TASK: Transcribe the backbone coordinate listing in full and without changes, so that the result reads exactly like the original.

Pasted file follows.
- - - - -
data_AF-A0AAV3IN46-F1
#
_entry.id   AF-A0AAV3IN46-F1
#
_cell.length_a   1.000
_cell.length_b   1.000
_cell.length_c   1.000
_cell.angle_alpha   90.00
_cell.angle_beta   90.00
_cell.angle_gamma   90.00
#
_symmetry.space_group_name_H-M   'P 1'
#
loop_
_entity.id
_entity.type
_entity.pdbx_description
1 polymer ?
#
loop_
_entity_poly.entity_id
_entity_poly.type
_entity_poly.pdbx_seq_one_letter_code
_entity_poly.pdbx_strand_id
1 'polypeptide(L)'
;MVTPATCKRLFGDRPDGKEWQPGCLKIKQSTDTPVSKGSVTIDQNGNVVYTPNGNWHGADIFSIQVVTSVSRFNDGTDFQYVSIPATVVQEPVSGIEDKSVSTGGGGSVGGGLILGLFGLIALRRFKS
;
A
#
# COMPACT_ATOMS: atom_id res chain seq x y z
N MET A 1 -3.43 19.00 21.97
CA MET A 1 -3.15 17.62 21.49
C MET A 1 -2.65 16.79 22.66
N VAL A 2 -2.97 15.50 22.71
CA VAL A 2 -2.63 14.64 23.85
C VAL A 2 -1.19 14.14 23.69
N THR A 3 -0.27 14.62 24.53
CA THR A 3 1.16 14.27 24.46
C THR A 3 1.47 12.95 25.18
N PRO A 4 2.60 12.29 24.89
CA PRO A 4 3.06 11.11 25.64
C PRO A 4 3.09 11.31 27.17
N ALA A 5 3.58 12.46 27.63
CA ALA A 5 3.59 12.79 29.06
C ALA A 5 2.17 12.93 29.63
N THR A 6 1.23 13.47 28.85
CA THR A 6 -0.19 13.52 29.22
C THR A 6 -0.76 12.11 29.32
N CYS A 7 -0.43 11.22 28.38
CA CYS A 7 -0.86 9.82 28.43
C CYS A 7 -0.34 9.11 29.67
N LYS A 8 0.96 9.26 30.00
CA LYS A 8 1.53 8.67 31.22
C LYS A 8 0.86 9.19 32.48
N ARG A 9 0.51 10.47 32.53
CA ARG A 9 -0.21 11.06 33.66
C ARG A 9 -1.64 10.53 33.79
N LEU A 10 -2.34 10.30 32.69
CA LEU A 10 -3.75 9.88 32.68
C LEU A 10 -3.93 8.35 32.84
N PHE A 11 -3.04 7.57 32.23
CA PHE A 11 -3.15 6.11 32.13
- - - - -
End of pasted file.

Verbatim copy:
data_AF-A0AAV3IN46-F1
#
_entry.id   AF-A0AAV3IN46-F1
#
_cell.length_a   1.000
_cell.length_b   1.000
_cell.length_c   1.000
_cell.angle_alpha   90.00
_cell.angle_beta   90.00
_cell.angle_gamma   90.00
#
_symmetry.space_group_name_H-M   'P 1'
#
loop_
_entity.id
_entity.type
_entity.pdbx_description
1 polymer ?
#
loop_
_entity_poly.entity_id
_entity_poly.type
_entity_poly.pdbx_seq_one_letter_code
_entity_poly.pdbx_strand_id
1 'polypeptide(L)'
;MVTPATCKRLFGDRPDGKEWQPGCLKIKQSTDTPVSKGSVTIDQNGNVVYTPNGNWHGADIFSIQVVTSVSRFNDGTDFQYVSIPATVVQEPVSGIEDKSVSTGGGGSVGGGLILGLFGLIALRRFKS
;
A
#
# COMPACT_ATOMS: atom_id res chain seq x y z
N MET A 1 -3.43 19.00 21.97
CA MET A 1 -3.15 17.62 21.49
C MET A 1 -2.65 16.79 22.66
N VAL A 2 -2.97 15.50 22.71
CA VAL A 2 -2.63 14.64 23.85
C VAL A 2 -1.19 14.14 23.69
N THR A 3 -0.27 14.62 24.53
CA THR A 3 1.16 14.27 24.46
C THR A 3 1.47 12.95 25.18
N PRO A 4 2.60 12.29 24.89
CA PRO A 4 3.06 11.11 25.64
C PRO A 4 3.09 11.31 27.17
N ALA A 5 3.58 12.46 27.63
CA ALA A 5 3.59 12.79 29.06
C ALA A 5 2.17 12.93 29.63
N THR A 6 1.23 13.47 28.85
CA THR A 6 -0.19 13.52 29.22
C THR A 6 -0.76 12.11 29.32
N CYS A 7 -0.43 11.22 28.38
CA CYS A 7 -0.86 9.82 28.43
C CYS A 7 -0.34 9.11 29.67
N LYS A 8 0.96 9.26 30.00
CA LYS A 8 1.53 8.67 31.22
C LYS A 8 0.86 9.19 32.48
N ARG A 9 0.51 10.47 32.53
CA ARG A 9 -0.21 11.06 33.66
C ARG A 9 -1.64 10.53 33.79
N LEU A 10 -2.34 10.30 32.69
CA LEU A 10 -3.75 9.88 32.68
C LEU A 10 -3.93 8.35 32.84
N PHE A 11 -3.04 7.57 32.23
CA PHE A 11 -3.15 6.11 32.13